UN climate expert warns against tariffs

July 22, 2009 10:27:25 AM PDT
The head of a U.N. panel on the science of climate change says trade tariffs in a House-passed bill to limit heat-trapping pollution have only served to irritate international negotiations and could undermine U.S. efforts to persuade developing countries to enter into a new global warming treaty.Rajendra Pachauri, whose Intergovernmental Panel on Climate Change shared the Nobel Peace Prize with former Vice President Al Gore in 2007, told The Associated Press that lawmakers should remove the tariff provision, which in 2020 would impose a "border adjustment" on goods from countries that do not limit the gases linked to global warming.

He warned that developing countries could in turn tax U.S. exports, which are probably some of the most carbon-intensive in the world.

"This is a dangerous thing, and I think people in Congress must understand this," said Pachauri, who spoke with the AP after he addressed the National Press Club. "Please don't use this weapon."

"I'm afraid that those that have been pushing these provisions probably don't realize that all of this can cause a major negative reaction," Pachauri added. "The United States has always stood for a free market system. ... Legislation to move away from that principle is clearly counterproductive."

Pachauri's comments come as the Senate begins work on the House version of the bill in the hopes of passing the measure before nations meet in December in Copenhagen to hammer out a new treaty.

President Barack Obama has said the legislation is necessary for the U.S. to take a leadership role in the negotiations. But days after the House vote, Obama expressed concern over the border tariff provision, saying protectionist signals were the wrong message to send during a recession that has caused a dip in global trade.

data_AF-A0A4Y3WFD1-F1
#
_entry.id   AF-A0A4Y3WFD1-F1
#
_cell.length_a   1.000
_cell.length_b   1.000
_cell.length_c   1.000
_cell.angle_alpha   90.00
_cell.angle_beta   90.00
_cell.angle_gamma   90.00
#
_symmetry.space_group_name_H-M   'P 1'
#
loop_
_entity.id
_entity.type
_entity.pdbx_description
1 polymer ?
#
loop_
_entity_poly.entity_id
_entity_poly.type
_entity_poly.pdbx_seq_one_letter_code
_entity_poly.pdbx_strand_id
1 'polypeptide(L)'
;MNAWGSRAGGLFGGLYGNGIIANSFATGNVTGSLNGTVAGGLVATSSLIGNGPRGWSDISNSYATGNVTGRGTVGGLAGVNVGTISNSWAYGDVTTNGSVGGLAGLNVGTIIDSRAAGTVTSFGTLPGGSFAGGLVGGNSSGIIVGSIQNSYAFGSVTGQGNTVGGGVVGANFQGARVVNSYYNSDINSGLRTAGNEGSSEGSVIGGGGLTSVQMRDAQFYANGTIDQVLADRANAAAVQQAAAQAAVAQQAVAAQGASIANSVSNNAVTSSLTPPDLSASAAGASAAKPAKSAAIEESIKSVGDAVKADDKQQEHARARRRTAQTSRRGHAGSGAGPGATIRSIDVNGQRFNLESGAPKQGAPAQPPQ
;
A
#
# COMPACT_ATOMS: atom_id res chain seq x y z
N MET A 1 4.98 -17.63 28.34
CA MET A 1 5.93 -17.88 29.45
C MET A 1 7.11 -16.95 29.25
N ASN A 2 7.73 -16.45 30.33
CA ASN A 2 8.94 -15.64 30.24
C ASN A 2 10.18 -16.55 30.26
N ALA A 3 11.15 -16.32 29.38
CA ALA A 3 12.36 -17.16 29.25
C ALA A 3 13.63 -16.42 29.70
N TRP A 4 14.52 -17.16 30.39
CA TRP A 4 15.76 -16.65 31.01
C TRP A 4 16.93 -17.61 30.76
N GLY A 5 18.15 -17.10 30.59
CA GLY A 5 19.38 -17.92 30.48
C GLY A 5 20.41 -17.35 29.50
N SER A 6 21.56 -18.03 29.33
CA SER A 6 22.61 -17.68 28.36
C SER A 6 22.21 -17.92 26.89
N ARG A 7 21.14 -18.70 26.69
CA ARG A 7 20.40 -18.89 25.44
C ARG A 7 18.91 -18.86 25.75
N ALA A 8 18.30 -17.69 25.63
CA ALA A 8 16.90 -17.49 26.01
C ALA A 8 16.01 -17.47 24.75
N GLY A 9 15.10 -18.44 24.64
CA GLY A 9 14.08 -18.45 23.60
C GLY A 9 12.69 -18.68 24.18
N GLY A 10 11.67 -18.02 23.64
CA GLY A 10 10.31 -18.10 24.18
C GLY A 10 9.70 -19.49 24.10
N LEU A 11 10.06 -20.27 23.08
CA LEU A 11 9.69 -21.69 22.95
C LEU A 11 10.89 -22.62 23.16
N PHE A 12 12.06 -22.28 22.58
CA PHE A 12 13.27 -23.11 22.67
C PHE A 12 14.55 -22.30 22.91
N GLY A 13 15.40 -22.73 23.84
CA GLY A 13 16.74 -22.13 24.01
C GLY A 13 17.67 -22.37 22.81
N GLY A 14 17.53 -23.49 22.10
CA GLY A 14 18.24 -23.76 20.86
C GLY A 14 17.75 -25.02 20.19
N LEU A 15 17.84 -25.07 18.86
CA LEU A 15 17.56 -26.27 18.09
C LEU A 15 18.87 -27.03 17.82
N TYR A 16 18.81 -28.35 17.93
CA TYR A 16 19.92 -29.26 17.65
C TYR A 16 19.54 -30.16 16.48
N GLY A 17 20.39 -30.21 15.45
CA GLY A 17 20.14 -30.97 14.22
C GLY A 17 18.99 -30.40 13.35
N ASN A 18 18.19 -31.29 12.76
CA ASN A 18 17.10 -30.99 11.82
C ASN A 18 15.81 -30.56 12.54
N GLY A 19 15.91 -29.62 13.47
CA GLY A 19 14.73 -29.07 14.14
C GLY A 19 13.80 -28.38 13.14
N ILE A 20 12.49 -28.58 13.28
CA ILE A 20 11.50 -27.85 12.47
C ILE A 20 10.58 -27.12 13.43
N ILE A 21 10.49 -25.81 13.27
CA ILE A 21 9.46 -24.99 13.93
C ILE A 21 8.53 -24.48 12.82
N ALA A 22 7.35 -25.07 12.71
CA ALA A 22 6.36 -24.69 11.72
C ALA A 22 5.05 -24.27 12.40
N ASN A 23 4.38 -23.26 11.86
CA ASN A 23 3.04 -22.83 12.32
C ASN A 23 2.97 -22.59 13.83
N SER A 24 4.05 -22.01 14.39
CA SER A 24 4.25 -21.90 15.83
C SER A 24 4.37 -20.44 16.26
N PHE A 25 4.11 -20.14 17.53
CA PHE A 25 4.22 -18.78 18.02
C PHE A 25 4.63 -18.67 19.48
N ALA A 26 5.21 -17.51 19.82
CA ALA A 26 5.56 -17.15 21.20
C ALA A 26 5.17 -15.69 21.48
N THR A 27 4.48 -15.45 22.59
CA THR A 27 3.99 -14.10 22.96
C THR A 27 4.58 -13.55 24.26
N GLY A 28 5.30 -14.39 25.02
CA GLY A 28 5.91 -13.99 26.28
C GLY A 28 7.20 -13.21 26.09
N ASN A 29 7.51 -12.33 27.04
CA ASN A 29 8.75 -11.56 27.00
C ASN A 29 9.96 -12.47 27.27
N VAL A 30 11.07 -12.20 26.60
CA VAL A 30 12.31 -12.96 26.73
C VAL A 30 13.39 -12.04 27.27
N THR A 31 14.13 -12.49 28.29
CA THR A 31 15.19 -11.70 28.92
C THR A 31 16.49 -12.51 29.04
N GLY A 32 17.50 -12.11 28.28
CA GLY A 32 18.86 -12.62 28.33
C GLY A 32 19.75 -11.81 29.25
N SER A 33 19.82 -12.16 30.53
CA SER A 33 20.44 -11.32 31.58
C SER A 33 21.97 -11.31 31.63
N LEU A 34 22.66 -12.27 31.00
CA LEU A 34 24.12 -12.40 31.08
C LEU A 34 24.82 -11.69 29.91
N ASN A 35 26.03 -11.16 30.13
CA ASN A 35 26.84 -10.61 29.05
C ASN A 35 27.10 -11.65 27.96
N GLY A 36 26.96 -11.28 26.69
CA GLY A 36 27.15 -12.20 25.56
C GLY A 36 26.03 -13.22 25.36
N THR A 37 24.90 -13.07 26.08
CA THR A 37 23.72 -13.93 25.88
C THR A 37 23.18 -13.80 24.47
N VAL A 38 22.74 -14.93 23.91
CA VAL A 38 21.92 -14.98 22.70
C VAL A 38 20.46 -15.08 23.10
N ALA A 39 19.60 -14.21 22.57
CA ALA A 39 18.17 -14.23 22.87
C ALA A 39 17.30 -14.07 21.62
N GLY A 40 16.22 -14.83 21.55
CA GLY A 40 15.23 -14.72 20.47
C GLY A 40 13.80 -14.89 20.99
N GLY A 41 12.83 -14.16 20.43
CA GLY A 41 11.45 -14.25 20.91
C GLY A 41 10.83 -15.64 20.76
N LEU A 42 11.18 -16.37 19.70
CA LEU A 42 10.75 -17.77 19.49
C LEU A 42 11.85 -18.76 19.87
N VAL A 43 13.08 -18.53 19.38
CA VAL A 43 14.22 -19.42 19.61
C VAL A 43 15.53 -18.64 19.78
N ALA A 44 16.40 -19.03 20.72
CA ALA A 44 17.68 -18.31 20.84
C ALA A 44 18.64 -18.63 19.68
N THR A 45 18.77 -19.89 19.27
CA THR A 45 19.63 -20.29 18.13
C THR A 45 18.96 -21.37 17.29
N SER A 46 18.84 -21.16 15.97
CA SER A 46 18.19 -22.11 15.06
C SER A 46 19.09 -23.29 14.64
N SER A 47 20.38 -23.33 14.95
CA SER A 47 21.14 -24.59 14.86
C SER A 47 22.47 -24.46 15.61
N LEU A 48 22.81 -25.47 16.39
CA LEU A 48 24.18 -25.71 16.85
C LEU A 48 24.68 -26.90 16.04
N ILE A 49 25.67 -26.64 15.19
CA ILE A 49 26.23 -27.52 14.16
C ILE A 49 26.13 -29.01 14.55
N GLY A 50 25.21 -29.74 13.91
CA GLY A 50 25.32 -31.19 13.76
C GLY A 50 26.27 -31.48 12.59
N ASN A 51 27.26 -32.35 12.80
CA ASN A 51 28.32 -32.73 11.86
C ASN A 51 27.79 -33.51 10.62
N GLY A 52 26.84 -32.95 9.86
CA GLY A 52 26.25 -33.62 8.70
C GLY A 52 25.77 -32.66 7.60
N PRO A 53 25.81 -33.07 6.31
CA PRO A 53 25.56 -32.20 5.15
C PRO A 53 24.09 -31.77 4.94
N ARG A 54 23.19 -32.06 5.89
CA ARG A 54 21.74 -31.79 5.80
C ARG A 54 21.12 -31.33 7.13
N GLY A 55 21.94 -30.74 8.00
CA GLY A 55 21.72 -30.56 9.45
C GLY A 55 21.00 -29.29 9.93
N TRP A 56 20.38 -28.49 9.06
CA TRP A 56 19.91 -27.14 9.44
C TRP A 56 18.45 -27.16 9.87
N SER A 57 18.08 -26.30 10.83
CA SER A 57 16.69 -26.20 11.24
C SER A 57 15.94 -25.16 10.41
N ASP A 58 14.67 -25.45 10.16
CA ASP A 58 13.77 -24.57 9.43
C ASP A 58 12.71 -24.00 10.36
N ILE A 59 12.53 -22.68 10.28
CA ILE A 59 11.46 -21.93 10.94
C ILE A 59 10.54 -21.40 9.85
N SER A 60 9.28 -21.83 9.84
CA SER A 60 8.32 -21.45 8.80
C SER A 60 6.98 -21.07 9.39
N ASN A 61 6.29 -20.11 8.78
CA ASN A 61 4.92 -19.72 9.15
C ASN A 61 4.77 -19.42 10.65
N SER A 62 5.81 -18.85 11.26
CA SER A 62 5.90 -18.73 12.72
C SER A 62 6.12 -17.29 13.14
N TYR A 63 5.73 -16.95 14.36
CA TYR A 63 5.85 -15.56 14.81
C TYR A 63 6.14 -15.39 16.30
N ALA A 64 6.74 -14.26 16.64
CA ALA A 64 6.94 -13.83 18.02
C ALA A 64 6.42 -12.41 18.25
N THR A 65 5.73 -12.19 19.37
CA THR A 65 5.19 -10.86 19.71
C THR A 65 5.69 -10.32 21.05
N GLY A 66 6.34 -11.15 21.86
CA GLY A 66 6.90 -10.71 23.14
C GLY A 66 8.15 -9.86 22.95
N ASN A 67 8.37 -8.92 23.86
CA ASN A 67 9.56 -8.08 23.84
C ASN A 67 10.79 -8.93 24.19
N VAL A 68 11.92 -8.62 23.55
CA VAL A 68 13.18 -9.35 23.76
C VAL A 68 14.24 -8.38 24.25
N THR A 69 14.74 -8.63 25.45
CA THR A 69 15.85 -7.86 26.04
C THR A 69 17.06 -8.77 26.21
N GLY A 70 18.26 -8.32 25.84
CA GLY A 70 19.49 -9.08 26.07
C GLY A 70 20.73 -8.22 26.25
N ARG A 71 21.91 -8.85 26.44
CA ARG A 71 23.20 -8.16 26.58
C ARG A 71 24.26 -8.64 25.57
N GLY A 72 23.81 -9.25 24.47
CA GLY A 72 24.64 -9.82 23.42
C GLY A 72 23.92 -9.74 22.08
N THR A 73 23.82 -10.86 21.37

The provision was added at the eleventh hour to secure the votes of Rust Belt lawmakers concerned that steel, aluminum and other energy-intensive industries would be placed at a competitive disadvantage.

But abroad, it already appears to be hindering progress toward an international treaty.

Developing countries at a recent G-8 meeting in Italy rebuffed calls by the U.S. and other industrialized nations to accept binding limits on their growing greenhouse gas emissions. And Indian officials told Secretary of State Hillary Rodham Clinton this week that their country would not accept binding targets on emissions.

India's minister of environment and forests, Jairam Ramesh, cited the carbon tariffs under consideration in Congress among the mounting pressures on developing countries.

"There is simply no case for the pressure that we - who have among the lowest emissions per capita - face to actually reduce emissions," said Jairam Ramesh. "And as if this pressure was not enough, we also face the threat of carbon tariffs on our exports to countries such as yours."

China, which has surpassed the U.S. as the largest emitter of greenhouse gases, has also said it opposes tariffs. Chinese officials have called on countries importing its goods to be responsible for the emissions created in China during manufacturing.

Pachauri said Tuesday that while U.S. leadership was essential, "you can't lead by bullying. You can only lead by setting an example."

"If the U.S. starts moving in the right direction and makes certain commitments, it will act as a model for the rest of the world and it would make a major impact in terms of changing people's values and their own intentions," he said.


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